A revised specification issued by standards organization ASTM International establishes requirements for the use of biofuel blends in conventional jet fuel, facilitating wider use of cleaner-burning “renewable” fuels made from plants.
Through new provisions of the standard, “up to 50 percent bio-derived synthetic blending components can be added to conventional jet fuel,” according to ASTM, formerly known as the American Society for Testing and Materials. The synthetic components “are identical to hydrocarbons found in jet fuel” but come from feedstocks containing vegetable oil such as algae, camelina or jatropha, or from animal fats.
John Heimlich, vice president and chief economist with the Air Transport Association of America, described the revised standard as a “critical and significant step which brings the airline industry closer to meeting our environmental goals of widespread production of cleaner, alternative fuels while enhancing energy supply security and competitiveness.”
The revised ASTM D7566-11 standard, approved July 1, already contains criteria for fuel produced from coal, natural gas or biomass using the Fischer-Tropsch process in converting gas to liquid hydrocarbons. ASTM said companies across the fuel supply chain, including renewable fuel producers, aircraft and engine manufacturers and regulatory agencies, participated in the development and revision of the specification. “Because of the great emphasis on safety when you’re dealing with aviation fuel, the (revision of D7566) required a collaborative and cooperative effort between the members of the aviation fuels community,” said Mark Rumizen of the Commercial Aviation Alternative Fuels Initiative.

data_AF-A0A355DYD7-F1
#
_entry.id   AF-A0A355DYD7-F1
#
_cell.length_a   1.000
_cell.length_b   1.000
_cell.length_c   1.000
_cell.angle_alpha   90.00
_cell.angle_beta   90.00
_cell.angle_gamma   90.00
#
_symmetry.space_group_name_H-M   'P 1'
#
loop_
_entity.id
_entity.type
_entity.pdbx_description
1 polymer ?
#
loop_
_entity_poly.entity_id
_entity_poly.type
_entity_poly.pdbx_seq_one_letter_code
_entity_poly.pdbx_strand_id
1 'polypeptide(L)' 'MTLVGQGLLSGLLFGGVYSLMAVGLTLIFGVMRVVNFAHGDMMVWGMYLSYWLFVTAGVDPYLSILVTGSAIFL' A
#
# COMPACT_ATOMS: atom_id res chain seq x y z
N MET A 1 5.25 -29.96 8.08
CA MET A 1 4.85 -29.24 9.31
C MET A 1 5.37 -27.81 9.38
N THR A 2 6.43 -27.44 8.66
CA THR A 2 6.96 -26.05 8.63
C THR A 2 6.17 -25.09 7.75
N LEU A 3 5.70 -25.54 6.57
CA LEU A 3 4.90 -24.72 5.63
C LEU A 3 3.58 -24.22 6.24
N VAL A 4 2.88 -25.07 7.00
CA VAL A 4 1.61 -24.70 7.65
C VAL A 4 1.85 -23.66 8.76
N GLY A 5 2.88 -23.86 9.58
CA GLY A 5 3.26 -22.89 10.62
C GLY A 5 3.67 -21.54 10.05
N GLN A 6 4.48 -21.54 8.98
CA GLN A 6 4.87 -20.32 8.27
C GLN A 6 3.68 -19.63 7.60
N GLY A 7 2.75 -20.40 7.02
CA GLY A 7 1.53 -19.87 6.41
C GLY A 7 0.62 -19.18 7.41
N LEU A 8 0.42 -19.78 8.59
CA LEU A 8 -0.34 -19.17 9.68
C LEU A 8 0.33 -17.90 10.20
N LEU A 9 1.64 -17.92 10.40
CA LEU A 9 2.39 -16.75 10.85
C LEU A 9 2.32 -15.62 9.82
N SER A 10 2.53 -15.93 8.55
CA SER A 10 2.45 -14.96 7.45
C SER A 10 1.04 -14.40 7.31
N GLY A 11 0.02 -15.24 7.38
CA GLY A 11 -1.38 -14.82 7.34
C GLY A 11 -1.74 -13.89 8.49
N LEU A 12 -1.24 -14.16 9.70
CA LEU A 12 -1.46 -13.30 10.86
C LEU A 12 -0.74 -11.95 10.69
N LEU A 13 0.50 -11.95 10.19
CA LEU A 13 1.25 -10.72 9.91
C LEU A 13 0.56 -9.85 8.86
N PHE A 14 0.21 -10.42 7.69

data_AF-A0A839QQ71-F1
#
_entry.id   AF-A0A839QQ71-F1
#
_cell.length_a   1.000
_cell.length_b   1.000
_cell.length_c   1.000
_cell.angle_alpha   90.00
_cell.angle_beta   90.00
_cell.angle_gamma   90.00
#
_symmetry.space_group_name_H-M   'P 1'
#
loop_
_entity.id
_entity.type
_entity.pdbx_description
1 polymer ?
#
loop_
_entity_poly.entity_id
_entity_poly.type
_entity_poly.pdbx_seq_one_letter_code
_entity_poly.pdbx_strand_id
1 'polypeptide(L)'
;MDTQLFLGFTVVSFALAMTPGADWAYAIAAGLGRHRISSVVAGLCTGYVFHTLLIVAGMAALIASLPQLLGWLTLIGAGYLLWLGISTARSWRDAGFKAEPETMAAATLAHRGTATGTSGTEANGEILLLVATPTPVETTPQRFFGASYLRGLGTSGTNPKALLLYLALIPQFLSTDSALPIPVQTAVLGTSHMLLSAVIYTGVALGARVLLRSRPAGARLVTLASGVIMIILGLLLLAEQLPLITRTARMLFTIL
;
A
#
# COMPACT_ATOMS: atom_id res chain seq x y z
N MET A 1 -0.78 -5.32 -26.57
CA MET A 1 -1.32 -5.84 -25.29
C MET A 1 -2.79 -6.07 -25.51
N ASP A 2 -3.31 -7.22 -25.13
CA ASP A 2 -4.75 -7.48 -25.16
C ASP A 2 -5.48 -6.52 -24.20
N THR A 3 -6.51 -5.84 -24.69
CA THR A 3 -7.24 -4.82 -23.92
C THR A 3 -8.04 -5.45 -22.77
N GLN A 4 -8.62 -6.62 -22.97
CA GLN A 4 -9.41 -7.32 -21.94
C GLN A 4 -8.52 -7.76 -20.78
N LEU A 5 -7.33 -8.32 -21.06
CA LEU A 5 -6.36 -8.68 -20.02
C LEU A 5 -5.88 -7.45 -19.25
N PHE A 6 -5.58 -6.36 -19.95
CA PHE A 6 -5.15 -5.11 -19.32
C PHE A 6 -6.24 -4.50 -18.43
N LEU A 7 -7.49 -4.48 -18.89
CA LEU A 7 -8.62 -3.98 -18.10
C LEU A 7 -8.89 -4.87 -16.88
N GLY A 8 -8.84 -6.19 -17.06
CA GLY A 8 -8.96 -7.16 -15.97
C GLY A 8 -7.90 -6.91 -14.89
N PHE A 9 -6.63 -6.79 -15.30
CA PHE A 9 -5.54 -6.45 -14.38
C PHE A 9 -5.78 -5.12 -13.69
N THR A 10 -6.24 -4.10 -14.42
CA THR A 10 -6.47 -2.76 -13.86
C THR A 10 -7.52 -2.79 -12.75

Airline flight demonstrations using biofuel blends date at least to 2008, and efforts are under way in the U.S., Europe and elsewhere to develop biofuel supply chains. ASTM has created a task force to establish specifications for direct sugar-to-hydrocarbon renewable jet fuels, the subject of another significant, recent development in biofuels. Airframers Boeing and Embraer and the Inter-American Development Bank announced on July 26 that they will jointly fund an analysis of producing renewable jet fuel sourced from Brazilian sugarcane. The study will evaluate the environmental and market consequences of using a jet fuel produced by Amyris, of Emeryville, Calif.
“Collaborative research into the cane-to-jet pathway is important for diversifying aviation’s fuel supplies,” said Billy Glover, Boeing vice president of environment and aviation policy. “With aviation biofuel now approved for use in commercial jetliners, understanding and ensuring the sustainability of sources that can feed into regional supply chains is critical and Brazil has a strong role to play there.”